As the Roman Empire crumbled, its once-invincible defenses of its own borders began to crumble, as the Senate and People of Rome began to live in fear of invasions of the barbarians they once held in check hundreds of miles away by what seemed at the time to be unlimited military might. We're seeing some of this kind of thing today.

At this point, we still have some control. Our economy has not yet totally collapsed. We still have the personnel and the hardware to protect our own borders, even if being the military police of the world is threatening to deplete all of our resources. We must re-prioritize and redeploy our resources in ways that will protect our borders but not bring us to economic ruin. We can't simply continue to live in the Pollyanna world that says we can eat our cake and have it too.

Here is an outstanding article that provides not merely historical background and analysis, but also a practical plan of transition for us to prevent a total collapse of our economy, way of life, and perhaps even our political independence by facing reality, by fiscal realism and conservatism, and by doing what is best for the country and not what is best for lobbyists, congressmen, and those who benefit from the Military-Industrial Complex.

The amount of money we spend maintaining our hegemony is astronomical. We simply do not have the resources to continue this spree of the Democrat Party's welfare state and the Republican Party's warfare state. Frankly, it should be obvious that we don't have the money to fund either party's vision of the Superstate. We're broke. The pax americana is over.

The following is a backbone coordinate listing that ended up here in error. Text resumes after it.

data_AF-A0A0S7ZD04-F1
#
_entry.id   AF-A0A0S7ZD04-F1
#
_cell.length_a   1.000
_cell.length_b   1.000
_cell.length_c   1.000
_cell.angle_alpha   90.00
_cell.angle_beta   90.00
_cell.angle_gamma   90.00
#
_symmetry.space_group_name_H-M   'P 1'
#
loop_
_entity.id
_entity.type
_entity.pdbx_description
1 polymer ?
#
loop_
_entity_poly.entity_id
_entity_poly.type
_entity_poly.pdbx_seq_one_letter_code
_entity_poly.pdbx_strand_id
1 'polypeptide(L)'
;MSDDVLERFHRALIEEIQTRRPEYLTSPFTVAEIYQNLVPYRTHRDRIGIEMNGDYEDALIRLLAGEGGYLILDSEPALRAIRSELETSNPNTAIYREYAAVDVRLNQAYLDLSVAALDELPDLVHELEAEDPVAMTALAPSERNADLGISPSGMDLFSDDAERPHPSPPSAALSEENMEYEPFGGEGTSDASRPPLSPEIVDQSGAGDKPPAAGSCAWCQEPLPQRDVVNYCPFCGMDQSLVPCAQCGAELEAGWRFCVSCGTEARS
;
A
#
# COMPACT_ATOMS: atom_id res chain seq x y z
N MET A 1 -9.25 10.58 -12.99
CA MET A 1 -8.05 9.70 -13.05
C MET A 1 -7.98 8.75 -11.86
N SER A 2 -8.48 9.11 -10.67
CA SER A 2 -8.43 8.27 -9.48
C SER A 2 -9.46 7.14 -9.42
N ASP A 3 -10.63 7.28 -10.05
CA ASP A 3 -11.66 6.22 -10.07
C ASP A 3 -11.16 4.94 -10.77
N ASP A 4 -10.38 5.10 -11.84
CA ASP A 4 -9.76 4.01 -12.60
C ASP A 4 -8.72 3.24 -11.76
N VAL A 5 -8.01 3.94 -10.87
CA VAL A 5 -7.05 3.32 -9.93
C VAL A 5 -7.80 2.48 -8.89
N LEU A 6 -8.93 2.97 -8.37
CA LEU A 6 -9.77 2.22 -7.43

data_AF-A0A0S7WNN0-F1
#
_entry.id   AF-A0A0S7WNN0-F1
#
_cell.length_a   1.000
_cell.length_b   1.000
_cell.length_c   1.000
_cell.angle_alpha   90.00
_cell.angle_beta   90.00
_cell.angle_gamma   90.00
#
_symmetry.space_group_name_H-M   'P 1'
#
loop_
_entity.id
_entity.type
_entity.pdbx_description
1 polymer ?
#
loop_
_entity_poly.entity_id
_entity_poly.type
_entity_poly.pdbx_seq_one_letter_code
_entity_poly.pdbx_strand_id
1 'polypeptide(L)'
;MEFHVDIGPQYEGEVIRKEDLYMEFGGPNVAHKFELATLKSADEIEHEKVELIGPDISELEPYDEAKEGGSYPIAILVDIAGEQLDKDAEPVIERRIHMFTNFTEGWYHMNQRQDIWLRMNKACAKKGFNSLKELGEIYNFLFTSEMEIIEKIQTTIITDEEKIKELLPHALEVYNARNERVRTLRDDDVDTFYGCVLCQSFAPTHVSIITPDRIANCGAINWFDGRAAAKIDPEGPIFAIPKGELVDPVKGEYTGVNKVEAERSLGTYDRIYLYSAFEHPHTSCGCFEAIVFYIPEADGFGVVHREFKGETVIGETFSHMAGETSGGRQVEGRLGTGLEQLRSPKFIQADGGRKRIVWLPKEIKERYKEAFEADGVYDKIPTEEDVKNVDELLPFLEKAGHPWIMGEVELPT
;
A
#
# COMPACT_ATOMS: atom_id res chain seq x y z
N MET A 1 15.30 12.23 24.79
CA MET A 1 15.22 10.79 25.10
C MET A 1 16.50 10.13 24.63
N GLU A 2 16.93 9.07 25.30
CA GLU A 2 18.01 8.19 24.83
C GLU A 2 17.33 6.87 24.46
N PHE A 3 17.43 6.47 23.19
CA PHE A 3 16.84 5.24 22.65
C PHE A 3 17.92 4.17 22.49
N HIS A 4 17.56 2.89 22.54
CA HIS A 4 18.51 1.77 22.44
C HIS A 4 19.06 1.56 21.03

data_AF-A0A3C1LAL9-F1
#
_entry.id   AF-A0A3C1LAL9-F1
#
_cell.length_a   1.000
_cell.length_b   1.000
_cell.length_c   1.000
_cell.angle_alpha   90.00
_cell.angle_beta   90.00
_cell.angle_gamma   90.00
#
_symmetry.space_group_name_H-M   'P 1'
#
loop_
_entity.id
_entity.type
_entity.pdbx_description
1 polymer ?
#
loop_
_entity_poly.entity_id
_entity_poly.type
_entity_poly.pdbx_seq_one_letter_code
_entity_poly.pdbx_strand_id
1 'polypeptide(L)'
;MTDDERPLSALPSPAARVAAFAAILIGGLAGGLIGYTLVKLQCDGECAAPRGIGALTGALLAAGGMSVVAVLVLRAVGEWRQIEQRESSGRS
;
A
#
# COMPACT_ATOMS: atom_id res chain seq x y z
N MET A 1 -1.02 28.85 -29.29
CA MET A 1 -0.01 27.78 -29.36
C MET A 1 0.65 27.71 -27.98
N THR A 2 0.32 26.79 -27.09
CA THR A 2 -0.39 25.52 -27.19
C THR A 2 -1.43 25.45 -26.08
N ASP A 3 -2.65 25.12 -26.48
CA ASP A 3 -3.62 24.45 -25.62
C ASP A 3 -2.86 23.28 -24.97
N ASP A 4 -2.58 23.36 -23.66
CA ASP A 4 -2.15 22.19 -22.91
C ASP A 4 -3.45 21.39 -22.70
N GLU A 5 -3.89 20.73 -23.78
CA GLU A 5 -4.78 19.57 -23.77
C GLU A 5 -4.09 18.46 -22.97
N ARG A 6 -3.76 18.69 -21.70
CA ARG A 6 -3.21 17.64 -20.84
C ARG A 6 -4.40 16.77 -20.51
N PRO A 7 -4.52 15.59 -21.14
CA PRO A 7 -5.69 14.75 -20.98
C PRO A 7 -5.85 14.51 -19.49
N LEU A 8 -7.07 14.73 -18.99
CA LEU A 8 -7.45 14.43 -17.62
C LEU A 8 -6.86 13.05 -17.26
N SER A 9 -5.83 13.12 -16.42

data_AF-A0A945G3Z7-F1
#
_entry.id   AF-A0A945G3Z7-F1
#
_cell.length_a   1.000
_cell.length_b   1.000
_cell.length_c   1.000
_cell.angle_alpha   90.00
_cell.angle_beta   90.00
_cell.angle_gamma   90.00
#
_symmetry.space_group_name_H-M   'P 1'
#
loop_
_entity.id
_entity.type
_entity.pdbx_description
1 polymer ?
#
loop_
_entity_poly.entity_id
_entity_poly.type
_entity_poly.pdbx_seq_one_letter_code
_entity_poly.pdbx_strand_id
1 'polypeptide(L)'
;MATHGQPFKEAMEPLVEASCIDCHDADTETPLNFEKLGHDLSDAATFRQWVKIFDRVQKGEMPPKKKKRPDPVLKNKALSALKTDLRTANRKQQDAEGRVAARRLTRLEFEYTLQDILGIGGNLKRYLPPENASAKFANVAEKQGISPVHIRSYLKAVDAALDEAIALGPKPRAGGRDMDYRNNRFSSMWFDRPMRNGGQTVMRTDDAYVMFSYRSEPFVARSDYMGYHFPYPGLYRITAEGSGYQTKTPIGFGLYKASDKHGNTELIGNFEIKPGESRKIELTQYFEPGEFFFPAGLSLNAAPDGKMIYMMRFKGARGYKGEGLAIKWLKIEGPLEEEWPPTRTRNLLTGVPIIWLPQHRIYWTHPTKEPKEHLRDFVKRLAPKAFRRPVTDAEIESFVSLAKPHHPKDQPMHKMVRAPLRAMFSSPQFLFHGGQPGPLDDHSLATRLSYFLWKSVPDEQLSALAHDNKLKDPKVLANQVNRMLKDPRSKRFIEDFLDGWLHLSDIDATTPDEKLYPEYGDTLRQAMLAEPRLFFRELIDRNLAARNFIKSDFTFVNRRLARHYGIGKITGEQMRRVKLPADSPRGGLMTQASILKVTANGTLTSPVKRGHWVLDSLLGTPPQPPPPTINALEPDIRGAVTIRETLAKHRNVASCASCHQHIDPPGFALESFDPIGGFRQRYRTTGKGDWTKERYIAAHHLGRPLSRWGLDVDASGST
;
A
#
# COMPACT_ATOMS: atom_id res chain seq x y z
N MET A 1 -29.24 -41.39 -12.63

If we don't start acting responsibly, and very soon, we will one day turn on FOX and CNN and see that the country really has been overthrown by invaders whom we used to occupy as part of our own empire. They will be angry, and they will seek revenge. We will be helpless to do anything about it. We will look out the window and see another flag flying on the pole. But unlike the invaders of Rome (as St. Augustine details in Book One of his own "blog" responding as a Christian pastor to the fall of Rome in The City of God), our new masters will not likely be tempered by Christian ethics.

Maybe we should take charge of things now instead of living in the fantasyland of partisan soundbites and "can do" slogans from both sides of the aisle.

The Romans were also a people who thoroughly believed "Yes, we can!" But one day, they couldn't.


Monsignor Scott Rassbach said...

Things fall apart; the centre cannot hold;
Mere anarchy is loosed upon the world,
The blood-dimmed tide is loosed, and everywhere
The ceremony of innocence is drowned;
The best lack all conviction, while the worst
Are full of passionate intensity. - William Butler Yeats

or perhaps,

"What has been will be again,
what has been done will be done again;
there is nothing new under the sun. " - Ecc 1:9

I do not think the current republic will last much longer (100 years, maybe). It's common for large empire/republics to dissolve like this. Perhaps it will be the genteel decline of GB as opposed to the Roman implosion. I'm not hopeful, though, as the US doesn't have the moderating influence of the monarchy.

I think it's too late. I don't think people want a republic, or freedom. I think they feel entitled to security and services. I think Benjamin Franklin's comment is appropriate:

And, I think for those values which the founding fathers took to be valuable to be reinstilled in people, we'll need some suffering. To understand the value of these rights and freedoms and responsibilities we were bequeathed, we may have to have them taken away.

Greg said...

Thank you Larry, this is an excellent and sobering piece of writing. I have linked to it from my blog. You should consider submitting it to Lew Rockwell.

Matthias Flacius said...